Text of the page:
Change your relationship with food

Listen to your body

Change your relationship with food

Change Your Relationship With Food: Listen to Your Body

 

You may have heard of the mind/body connection on the yoga mat but another place where the connection can be useful is at the dinner table. When eating out, some people tend to put aside eating healthy and overeat and overindulge instead. Usually, this is a result of a disconnect between the brain (mind) and stomach (body).

 

Developing a mind-body connection to create healthy eating habits in any situation takes practice and slowing down. How does one listen to her body? Quite simply, it involves an internal conversation.

First, tap into how you’re feeling in that moment. Ignore habit or conditioning and focus on the differences between true physical hunger, satisfaction and fullness. Over time, begin to identify how each feels for you and which you’re feeling in any given moment.

Here are some scenarios where listening to your body can be helpful.

 

Eating by the Clock: We’re conditioned to eat meals by the clock or else when bored. But just because it’s Noon doesn’t mean it’s lunchtime. What does your stomach say? Are you actually hungry or still satisfied from breakfast?  Eat only when you’re hungry. Try this: Next time you feel hunger, hang out with it for a bit. Get familiar with your own signs and symptoms of hunger.  You’ll begin to know when it’s hunger, boredom or thirst your body is feeling.

 

Because It Tastes So Good: We’ve all had the experience of eating something that tastes so good it’s hard to stop. Typically, this happens when we put food to mouth almost mechanically without much awareness. It’s common when eating in front of the computer or television. Try this: slow down to savor the taste, smell and texture of the delicious food. Using all your sense to eat is an effective way to combat the impulse to eat more than you need.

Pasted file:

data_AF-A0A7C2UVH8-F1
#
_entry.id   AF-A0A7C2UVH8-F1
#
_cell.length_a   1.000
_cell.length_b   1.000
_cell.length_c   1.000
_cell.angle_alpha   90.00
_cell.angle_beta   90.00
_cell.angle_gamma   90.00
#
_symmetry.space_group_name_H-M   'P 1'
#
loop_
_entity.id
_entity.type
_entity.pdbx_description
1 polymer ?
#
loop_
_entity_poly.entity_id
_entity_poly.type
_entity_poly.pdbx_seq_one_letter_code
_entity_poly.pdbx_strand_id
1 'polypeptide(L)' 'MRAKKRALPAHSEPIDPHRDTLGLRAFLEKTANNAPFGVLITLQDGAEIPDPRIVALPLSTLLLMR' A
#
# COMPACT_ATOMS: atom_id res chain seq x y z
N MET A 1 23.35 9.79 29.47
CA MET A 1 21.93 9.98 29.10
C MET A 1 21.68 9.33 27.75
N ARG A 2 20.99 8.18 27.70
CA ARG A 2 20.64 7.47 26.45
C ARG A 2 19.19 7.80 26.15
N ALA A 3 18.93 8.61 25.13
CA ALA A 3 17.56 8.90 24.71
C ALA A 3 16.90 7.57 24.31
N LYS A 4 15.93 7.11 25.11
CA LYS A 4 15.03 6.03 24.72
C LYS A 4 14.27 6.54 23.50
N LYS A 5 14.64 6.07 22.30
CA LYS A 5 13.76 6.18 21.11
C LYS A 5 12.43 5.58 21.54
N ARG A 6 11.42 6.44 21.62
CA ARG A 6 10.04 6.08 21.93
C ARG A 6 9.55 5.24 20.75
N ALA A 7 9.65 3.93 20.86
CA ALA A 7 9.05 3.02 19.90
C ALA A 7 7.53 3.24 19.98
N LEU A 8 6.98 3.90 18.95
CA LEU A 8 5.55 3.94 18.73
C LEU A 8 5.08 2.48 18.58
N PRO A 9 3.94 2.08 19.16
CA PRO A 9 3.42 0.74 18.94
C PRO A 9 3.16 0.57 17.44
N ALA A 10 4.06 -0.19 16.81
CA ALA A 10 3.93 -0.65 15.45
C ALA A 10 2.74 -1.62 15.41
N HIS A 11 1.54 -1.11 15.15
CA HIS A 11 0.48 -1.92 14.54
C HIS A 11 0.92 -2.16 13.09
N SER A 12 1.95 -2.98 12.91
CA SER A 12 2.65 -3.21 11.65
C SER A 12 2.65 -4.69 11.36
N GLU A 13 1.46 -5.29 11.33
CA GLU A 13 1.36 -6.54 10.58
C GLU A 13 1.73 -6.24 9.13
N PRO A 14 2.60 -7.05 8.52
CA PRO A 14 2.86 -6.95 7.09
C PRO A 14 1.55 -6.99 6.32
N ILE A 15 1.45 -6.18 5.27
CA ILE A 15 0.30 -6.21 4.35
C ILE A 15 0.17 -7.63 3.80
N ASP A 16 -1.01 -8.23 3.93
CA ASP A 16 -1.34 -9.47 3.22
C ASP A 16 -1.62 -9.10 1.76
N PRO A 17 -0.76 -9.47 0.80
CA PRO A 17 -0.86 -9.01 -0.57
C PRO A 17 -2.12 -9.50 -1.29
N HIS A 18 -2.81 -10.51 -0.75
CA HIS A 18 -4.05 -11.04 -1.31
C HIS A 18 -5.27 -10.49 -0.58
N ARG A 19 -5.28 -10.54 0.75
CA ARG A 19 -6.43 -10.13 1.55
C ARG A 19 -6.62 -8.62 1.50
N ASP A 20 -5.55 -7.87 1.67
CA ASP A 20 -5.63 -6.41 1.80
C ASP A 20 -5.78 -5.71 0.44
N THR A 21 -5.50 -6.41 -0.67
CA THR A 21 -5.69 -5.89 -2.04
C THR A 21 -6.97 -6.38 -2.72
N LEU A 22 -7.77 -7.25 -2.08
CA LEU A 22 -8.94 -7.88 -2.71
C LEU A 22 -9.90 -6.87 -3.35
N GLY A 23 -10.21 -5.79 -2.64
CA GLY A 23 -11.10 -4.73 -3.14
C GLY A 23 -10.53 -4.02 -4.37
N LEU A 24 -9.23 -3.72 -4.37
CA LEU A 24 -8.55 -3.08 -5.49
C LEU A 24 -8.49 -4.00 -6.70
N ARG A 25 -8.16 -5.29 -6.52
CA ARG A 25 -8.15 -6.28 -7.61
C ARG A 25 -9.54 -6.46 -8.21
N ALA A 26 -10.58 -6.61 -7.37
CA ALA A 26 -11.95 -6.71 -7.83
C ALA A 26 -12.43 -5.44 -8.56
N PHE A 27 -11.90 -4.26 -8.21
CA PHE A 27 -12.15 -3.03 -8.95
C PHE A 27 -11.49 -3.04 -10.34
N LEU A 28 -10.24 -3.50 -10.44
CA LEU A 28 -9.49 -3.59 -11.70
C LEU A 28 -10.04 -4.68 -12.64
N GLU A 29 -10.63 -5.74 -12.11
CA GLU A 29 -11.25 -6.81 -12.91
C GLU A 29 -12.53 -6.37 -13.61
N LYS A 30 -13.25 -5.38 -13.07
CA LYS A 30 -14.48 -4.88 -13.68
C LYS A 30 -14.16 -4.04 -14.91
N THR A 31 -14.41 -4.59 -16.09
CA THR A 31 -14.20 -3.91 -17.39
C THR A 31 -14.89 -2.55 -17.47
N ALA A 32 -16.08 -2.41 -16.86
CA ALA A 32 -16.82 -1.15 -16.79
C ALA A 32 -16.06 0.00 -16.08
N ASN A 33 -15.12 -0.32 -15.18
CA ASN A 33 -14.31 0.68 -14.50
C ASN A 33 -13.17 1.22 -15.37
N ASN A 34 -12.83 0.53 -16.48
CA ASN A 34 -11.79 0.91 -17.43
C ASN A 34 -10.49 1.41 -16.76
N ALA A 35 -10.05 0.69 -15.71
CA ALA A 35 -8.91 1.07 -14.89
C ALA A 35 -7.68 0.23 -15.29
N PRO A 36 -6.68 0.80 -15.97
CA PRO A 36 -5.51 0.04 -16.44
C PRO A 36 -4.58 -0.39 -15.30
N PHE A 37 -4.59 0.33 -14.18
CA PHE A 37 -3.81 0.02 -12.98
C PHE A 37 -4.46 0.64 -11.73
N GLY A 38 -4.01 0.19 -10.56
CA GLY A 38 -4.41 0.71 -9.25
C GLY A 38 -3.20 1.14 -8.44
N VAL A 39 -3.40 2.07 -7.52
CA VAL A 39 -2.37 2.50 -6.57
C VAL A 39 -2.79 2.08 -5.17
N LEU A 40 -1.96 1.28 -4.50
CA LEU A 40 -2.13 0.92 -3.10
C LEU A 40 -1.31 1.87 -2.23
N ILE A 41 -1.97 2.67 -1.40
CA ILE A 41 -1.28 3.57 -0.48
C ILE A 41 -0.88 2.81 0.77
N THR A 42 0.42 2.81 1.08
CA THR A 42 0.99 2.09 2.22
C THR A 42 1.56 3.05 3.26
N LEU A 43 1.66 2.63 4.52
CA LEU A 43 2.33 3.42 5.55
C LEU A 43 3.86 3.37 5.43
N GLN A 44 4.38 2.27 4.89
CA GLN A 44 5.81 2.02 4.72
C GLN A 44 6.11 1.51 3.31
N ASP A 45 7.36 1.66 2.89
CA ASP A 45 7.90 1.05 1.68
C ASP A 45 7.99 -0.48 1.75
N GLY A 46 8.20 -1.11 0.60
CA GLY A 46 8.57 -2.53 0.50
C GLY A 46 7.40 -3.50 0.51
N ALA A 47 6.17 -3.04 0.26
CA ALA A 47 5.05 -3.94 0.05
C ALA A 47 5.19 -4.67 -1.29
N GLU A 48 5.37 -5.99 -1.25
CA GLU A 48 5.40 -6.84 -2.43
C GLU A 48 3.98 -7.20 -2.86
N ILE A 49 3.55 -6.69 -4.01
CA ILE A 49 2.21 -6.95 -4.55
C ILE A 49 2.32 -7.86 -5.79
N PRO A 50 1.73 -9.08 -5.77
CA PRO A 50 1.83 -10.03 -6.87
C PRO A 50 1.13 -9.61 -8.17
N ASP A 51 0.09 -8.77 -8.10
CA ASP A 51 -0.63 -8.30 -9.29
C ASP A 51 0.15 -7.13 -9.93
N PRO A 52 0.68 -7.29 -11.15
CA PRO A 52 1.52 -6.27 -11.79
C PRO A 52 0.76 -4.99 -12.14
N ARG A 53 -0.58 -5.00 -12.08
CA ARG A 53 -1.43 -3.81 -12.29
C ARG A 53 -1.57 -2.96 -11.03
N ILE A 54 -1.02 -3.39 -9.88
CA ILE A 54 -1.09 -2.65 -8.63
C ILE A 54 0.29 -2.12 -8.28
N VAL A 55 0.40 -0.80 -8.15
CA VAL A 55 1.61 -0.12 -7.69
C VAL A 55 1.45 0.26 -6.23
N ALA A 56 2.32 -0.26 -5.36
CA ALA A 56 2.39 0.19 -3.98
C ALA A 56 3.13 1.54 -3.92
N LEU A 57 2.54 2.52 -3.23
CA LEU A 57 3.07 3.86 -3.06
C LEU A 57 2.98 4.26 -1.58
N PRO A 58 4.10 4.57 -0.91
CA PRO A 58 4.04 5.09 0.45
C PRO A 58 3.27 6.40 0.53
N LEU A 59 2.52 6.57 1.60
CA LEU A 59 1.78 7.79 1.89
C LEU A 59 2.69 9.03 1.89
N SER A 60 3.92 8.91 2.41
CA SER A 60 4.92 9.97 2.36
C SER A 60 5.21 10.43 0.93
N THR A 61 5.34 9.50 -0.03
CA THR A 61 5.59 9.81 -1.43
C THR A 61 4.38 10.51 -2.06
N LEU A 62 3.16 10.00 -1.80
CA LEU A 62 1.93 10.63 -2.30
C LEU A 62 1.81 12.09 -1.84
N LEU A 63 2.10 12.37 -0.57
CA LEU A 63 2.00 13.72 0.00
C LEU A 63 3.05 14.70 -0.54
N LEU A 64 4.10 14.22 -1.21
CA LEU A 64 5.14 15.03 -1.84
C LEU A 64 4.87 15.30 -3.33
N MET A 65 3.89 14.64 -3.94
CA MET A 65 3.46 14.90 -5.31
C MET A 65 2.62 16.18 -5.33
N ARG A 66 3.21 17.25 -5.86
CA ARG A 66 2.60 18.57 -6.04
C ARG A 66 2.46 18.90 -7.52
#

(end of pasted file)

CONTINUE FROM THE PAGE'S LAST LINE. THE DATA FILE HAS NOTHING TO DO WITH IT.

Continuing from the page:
Satisfying a Craving: Cravings are a sign of imbalance. Either they happen because your body needs to balance something it just ate like sweet with salty, your body is lacking a certain nutrient or you’re feeling a specific emotion. For example, they’re common when we’ve had a bad day or feel bored or stressed. Try this: Rather than giving in to a craving right away, get curious about it. Ask yourself, what it is you’re really craving like comfort, if you may be thirsty or if there’s something your body may be missing.

 

The Clean Plate Club: If you were raised as a member of The Clean Plate Club, you may feel an overwhelming desire to clean your plate at every meal. As an adult, nobody is holding you to that rule. It takes 20 minutes for the stomach to alert the brain that it’s full. For many, that’s often too late. Try this: Slow down while you eat and be mindful of when you start feeling satisfied. That’s your cue to stop.  With some practice, it will become second nature to know when to stop eating before you get too full.

 

In which of these areas do you struggle and how can you apply the principles of listening to your body to become a smarter eater?

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